Now that we've sufficiently scared you, we should remind you that, while BPA's effects on animals are well-documented, there's little reliable data showing that it behaves similarly in humans. Not only that, but the outcry against the chemical has caused many companies to move away from it, and BPA-free options are becoming increasingly common in the food industry.

So, while the sky might not be falling, it's probably worth your while to avoid BPA as much as possible — and to limit your child's exposure. The worst thing about it is that you can't even protect them by putting them in a plastic bubble.

How To Care For Your Baby Bottles

If you're going out of your way to buy BPA-free baby bottles, then you clearly care about what your child is putting into her body. It makes no sense to stop there, then — don't you want to make sure those bottles are clean as can be?

The other good thing about a sterilizer is that it gives you a built-in place to store your bottles.

The first thing you should realize is that most baby bottles are dishwasher-safe (check the packaging to make sure), and most dishwashers get hot enough to thoroughly sanitize anything put inside them. Just make sure that the bottles are dry before you put them away.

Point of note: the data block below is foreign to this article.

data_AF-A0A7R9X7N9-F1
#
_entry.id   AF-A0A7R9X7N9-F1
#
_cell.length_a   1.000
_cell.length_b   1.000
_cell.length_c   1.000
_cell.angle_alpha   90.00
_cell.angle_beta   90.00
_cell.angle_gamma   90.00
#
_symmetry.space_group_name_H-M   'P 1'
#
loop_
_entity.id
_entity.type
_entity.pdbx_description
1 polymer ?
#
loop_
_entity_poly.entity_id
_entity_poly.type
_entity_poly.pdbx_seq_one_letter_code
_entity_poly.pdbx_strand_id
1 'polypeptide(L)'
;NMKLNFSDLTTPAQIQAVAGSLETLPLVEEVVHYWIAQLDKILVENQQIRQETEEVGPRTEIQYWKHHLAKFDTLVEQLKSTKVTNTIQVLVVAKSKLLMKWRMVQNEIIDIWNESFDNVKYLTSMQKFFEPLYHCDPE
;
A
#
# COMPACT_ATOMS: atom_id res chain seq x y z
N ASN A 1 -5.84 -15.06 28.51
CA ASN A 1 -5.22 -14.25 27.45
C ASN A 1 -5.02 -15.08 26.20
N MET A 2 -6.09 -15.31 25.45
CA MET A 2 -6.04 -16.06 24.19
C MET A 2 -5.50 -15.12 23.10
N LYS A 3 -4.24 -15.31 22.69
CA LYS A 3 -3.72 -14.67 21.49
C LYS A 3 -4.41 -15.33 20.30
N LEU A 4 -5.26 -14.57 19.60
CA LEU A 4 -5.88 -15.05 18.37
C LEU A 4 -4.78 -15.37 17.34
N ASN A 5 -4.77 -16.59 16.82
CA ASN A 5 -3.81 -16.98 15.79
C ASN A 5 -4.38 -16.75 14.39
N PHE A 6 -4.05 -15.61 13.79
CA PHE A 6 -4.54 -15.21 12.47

However, if you want to be really sure that those bottles have been sanitized, you can boil them or invest in a bottle sterilizer. Taking these extra precautions is especially important during the first three months, or if your baby was premature or has a compromised immune system.

The other good thing about a sterilizer is that it gives you a built-in place to store your bottles. This can be preferable to keeping them in a dusty cabinet, but as long as you dry them thoroughly before putting them in whatever storage you use, you should be fine.

Taking care of baby bottles is one of the easier things about being a new parent, so don't worry about it too much. What you should be worrying about is whether you'll get to sleep again before next Tuesday.

Other Hidden Dangers To Be Aware Of

When you're a new parent, the most terrifying thing in the whole world is...everything, really. It seems like danger lurks behind every corner, and you wonder how anyone ever survived infancy.